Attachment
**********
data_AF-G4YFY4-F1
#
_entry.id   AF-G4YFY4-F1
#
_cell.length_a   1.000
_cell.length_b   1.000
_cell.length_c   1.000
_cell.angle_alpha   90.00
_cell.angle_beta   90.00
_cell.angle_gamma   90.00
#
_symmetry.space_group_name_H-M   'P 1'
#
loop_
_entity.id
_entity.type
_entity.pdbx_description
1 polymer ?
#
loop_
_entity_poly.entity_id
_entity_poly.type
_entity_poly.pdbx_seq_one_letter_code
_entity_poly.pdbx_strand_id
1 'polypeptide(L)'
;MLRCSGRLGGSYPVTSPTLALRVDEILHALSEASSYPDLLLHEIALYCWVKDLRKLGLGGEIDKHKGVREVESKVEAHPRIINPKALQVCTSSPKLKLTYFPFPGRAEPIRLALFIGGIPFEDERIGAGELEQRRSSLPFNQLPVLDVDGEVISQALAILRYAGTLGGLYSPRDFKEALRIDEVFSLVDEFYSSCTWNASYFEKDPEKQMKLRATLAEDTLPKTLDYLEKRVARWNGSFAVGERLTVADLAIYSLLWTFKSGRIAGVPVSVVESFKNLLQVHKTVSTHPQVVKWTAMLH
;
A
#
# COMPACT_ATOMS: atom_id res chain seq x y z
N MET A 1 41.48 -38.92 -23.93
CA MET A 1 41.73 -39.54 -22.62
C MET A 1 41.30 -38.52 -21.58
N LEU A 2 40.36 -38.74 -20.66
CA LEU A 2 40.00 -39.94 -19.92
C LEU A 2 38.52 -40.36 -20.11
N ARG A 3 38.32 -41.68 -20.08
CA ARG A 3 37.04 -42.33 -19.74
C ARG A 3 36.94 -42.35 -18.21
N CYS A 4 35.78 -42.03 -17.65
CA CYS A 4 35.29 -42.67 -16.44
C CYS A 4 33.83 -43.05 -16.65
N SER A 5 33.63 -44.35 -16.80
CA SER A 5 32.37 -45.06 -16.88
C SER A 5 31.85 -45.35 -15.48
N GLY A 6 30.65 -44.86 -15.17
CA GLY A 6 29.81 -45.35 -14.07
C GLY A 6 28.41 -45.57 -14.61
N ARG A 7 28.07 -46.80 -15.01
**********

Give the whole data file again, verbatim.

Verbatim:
data_AF-G4YFY4-F1
#
_entry.id   AF-G4YFY4-F1
#
_cell.length_a   1.000
_cell.length_b   1.000
_cell.length_c   1.000
_cell.angle_alpha   90.00
_cell.angle_beta   90.00
_cell.angle_gamma   90.00
#
_symmetry.space_group_name_H-M   'P 1'
#
loop_
_entity.id
_entity.type
_entity.pdbx_description
1 polymer ?
#
loop_
_entity_poly.entity_id
_entity_poly.type
_entity_poly.pdbx_seq_one_letter_code
_entity_poly.pdbx_strand_id
1 'polypeptide(L)'
;MLRCSGRLGGSYPVTSPTLALRVDEILHALSEASSYPDLLLHEIALYCWVKDLRKLGLGGEIDKHKGVREVESKVEAHPRIINPKALQVCTSSPKLKLTYFPFPGRAEPIRLALFIGGIPFEDERIGAGELEQRRSSLPFNQLPVLDVDGEVISQALAILRYAGTLGGLYSPRDFKEALRIDEVFSLVDEFYSSCTWNASYFEKDPEKQMKLRATLAEDTLPKTLDYLEKRVARWNGSFAVGERLTVADLAIYSLLWTFKSGRIAGVPVSVVESFKNLLQVHKTVSTHPQVVKWTAMLH
;
A
#
# COMPACT_ATOMS: atom_id res chain seq x y z
N MET A 1 41.48 -38.92 -23.93
CA MET A 1 41.73 -39.54 -22.62
C MET A 1 41.30 -38.52 -21.58
N LEU A 2 40.36 -38.74 -20.66
CA LEU A 2 40.00 -39.94 -19.92
C LEU A 2 38.52 -40.36 -20.11
N ARG A 3 38.32 -41.68 -20.08
CA ARG A 3 37.04 -42.33 -19.74
C ARG A 3 36.94 -42.35 -18.21
N CYS A 4 35.78 -42.03 -17.65
CA CYS A 4 35.29 -42.67 -16.44
C CYS A 4 33.83 -43.05 -16.65
N SER A 5 33.63 -44.35 -16.80
CA SER A 5 32.37 -45.06 -16.88
C SER A 5 31.85 -45.35 -15.48
N GLY A 6 30.65 -44.86 -15.17
CA GLY A 6 29.81 -45.35 -14.07
C GLY A 6 28.41 -45.57 -14.61
N ARG A 7 28.07 -46.80 -15.01